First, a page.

Carina Leale HBESc thesis abstract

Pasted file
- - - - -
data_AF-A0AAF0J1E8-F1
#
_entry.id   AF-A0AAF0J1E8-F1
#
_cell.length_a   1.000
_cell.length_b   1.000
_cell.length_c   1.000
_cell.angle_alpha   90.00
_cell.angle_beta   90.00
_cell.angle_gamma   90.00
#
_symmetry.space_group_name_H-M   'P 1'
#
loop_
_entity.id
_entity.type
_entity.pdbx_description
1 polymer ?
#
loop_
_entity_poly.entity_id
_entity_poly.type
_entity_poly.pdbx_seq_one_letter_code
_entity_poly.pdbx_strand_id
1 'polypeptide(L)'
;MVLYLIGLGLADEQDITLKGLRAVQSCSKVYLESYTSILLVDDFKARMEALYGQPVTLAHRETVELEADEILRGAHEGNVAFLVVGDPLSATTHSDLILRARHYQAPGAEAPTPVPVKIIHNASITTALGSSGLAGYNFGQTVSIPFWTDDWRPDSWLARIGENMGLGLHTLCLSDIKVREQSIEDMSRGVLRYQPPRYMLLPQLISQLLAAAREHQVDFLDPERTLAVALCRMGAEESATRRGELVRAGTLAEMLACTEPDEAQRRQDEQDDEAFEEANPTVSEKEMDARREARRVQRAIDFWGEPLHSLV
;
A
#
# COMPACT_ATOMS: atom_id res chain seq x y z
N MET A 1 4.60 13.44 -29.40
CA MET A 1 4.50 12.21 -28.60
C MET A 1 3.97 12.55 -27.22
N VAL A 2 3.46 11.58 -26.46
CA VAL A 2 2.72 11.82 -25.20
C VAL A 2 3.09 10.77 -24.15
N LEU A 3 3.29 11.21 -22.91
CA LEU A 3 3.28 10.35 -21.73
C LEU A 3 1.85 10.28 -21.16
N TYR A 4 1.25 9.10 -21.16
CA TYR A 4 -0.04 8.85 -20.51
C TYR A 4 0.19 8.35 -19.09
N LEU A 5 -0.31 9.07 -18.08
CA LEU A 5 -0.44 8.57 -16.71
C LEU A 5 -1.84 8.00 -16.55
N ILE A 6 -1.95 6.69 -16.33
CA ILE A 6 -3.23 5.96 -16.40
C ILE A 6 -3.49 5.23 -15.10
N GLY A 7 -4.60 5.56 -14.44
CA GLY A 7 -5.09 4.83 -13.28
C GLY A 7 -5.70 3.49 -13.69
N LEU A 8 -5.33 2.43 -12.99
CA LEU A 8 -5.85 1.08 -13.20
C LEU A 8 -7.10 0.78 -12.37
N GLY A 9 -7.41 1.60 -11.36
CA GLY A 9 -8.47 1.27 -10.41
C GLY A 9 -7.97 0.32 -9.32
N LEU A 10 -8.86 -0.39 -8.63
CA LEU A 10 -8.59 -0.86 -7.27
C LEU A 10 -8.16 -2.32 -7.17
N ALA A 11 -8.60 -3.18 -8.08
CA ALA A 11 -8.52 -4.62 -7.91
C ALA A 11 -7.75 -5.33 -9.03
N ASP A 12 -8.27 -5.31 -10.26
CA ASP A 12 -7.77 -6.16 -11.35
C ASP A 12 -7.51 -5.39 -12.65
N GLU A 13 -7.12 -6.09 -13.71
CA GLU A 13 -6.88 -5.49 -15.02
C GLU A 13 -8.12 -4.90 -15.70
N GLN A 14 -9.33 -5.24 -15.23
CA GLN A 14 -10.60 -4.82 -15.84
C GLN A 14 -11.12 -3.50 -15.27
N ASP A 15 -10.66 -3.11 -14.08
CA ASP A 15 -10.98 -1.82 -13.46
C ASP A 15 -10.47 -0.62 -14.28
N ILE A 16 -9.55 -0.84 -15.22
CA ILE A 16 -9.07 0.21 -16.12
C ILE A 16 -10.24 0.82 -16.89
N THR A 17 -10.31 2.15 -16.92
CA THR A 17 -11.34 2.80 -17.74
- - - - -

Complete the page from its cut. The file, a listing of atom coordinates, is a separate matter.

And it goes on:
Boreal forest soils represent globally significant stores of carbon, and to a lesser degree nitrogen, yet there is little consensus about how they are altered by natural and anthropogenic disturbances. Disturbance by wildfire and forest harvesting is widespread, yet there are few investigations comparing the impacts of these disturbances on soil nutrient cycling, and even fewer on compound disturbance, such as salvage logging. A chronosequence approach was used to investigate the impacts of full-tree harvesting, wildfire, and compound disturbance i.e. post-fire salvage logging on soil carbon and nitrogen stores, pH and carbon to nitrogen ratios overtime. Stable carbon and nitrogen depth profiles were examined to identify the dominant mechanisms driving the observed trends following disturbance. The findings suggest that full-tree harvesting and wildfire impact carbon and nitrogen stores in fundamentally different ways, with stores being reduced after wildfire and increased after harvest. However, the differences observed were confined primarily to the organic and upper mineral soil, and the changes diminished with time. Results from this study suggest that impacts of post-fire salvage logging on carbon and nitrogen stores resembles that of fire, but that recovery is much slower making the practice potentially more harmful than harvesting and wildfire alone. Additional exploration into the long-term effects of compound disturbance on carbon and nitrogen stores is needed if salvage logging is to continue to become a justifiable practice. The driving mechanism of 13C enrichment with depth was inconclusive, with both mixing and kinetic fractionation during humification appearing to be equally dominant at these sites. Rayleigh distillation analysis indicated no differences in overall depth enrichment among the sites. Similarly, examining 15N enrichment profiles did not contribute to developing a process-based understanding of nitrogen cycling in these soils. This research demonstrates a need for further investigation into the usefulness of stable isotope depth profiles to indicate mechanisms responsible for storage change on a variety of soil types and textures following disturbance.